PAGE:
Energizing Others at #gc2012 (@TheKLC: 6 of 10)

This past fall and winter, I had the opportunity to take part in the Leadership and Faith: Transforming Communities program through the Kansas Leadership Center with the Missions team at Resurrection West. I want to share my reflections and learnings from that time in light of the General Conference 2012 of The United Methodist Church.

When you are seeking to make progress that you care about one of the most important things that you can do is energize others. Sharing a vision with others helps move the issue beyond yourself and momentum begins to take hold. One of the members of my team suggested that at times, one of the unexpected outcomes of this is that by energizing others you realize that you are not as indispensable as you think you are. There is loss in this realization.

Don’t let the possibility of loss keep you from sharing your vision with others.

If You Think Things are Crummy at #gc2012… (@TheKLC: 6 of 10)

This past fall and winter, I had the opportunity to take part in the Leadership and Faith: Transforming Communities program through the Kansas Leadership Center with the Missions team at Resurrection West. I want to share my reflections and learnings from that time in light of the General Conference 2012 of The United Methodist Church.

There are innumerable issues that delegates are trying to make progress on to help the United Methodist Church live into God’s dream for the denomination. It is a shared challenge on all of these issues that there are other delegates who think the way things are is just fine.

If you think things are crummy, remember that it is working for someone.

Has #GC2012 Taken You to the Edge of Your Comfort Zone? (@TheKLC: 5 of 10)

This past fall and winter, I had the opportunity to take part in the Leadership and Faith: Transforming Communities program through the Kansas Leadership Center with the Missions team at Resurrection West. I want to share my reflections and learnings from that time in light of the General Conference 2012 of The United Methodist Church.

If General Conference 2012 has taken you to the edge of your comfort zone, you are in the right place to make progress on the issues about which you care deeply. Too far inside your comfort zone and it may be difficult to make more progress than has already been accomplished. Too far outside your comfort zone and you may be unable to effectively take action.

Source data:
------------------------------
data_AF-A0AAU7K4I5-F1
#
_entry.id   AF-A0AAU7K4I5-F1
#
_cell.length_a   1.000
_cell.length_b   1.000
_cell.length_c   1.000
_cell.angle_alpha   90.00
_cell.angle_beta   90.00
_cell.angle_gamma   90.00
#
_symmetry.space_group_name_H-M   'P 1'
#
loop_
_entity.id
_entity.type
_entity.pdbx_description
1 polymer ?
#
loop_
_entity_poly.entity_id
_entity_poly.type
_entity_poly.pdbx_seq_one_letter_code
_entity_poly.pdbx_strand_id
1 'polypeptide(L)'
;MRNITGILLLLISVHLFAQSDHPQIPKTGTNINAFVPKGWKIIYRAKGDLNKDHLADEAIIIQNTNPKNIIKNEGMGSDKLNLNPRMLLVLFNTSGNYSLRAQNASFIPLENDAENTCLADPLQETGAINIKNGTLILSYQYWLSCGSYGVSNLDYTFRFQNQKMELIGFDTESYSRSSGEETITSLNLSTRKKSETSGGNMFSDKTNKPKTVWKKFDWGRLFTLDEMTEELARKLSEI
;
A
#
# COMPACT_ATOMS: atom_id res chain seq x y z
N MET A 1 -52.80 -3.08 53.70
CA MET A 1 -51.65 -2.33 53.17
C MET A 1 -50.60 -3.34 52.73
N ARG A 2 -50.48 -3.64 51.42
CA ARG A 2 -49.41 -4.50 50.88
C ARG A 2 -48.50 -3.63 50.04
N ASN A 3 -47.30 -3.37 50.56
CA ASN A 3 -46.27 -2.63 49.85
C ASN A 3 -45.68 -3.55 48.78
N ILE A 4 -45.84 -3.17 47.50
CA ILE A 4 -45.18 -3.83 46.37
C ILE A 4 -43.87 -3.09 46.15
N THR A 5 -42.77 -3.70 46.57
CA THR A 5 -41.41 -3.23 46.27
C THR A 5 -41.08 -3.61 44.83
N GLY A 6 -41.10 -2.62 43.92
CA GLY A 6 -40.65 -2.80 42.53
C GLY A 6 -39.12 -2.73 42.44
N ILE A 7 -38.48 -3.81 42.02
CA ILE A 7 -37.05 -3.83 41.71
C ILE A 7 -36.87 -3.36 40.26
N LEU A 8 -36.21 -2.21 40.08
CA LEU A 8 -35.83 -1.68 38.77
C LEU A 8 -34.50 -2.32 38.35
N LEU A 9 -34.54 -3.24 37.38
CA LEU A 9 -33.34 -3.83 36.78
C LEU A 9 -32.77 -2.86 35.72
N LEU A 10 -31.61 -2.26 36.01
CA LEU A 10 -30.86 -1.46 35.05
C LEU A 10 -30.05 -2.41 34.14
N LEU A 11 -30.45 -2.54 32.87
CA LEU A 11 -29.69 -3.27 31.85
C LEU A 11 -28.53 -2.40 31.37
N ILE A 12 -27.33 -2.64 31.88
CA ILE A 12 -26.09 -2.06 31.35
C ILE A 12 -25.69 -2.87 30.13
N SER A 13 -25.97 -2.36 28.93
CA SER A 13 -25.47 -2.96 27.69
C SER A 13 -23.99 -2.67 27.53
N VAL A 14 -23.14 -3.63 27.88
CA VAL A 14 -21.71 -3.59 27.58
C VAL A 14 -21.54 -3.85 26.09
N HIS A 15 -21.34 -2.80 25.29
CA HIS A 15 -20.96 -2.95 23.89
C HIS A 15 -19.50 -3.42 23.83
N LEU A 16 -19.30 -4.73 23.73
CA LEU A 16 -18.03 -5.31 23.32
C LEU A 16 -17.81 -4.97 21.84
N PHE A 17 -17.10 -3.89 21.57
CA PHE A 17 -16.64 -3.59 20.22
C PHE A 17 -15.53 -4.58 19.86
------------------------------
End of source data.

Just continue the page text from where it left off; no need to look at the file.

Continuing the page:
The edge of your comfort zone is the place where you start to feel incompetent.

This is the place where progress is most likely to occur.

Leadership at #GC2012 May Not Meet Your Expectations (@TheKLC: 4 of 10)

This past fall and winter, I had the opportunity to take part in the Leadership and Faith: Transforming Communities program through the Kansas Leadership Center with the Missions team at Resurrection West. I want to share my reflections and learnings from that time in light of the General Conference 2012 of The United Methodist Church.

Everyone has expectations of leaders. These expectations come in many different forms, including, but not limited to:

  • Who a leader will be
  • What a leader will say
  • How a leader will act
  • What roles a leader will play
  • When a leader show up

Leadership often comes in unexpected ways from unexpected people. As you think about the goals on which you are trying to make progress, remember that exercising leadership may be distinct from what we expect of people in leadership.

Leadership Shifts to Make Progress at #GC2012 (@TheKLC: 2 of 10)

This past fall and winter, I had the opportunity to take part in the Leadership and Faith: Transforming Communities program through the Kansas Leadership Center with the Missions team at Resurrection West. I want to share my reflections and learnings from that time in light of the General Conference 2012 of The United Methodist Church.

There are at least three shifts in leadership perspective that are helpful in making progress on issues that we care about.

  • Technical to Adaptive – There has been much talk about the adaptive challenges that are facing the denomination. It will be important to seek to make progress in ways that are not just rewriting rules.
  • Benign to Conflictual Interpretations – General Conference does not seem to have challenge making conflictual interpretations. Focusing them on making progress will be an important opportunity.
  • Individual to Systemic View – This is one of the most important leadership shifts that could help make progress at General Conference. It can be easy for delegates to take the perspective of themselves, their annual conference or affinity group. More progress will be made by paying as much attention as possible to the entire system – both during the days of meeting ahead in Tampa and the months to follow.

Have you found our denomination to be making these shifts? What else might be helpful to make progress?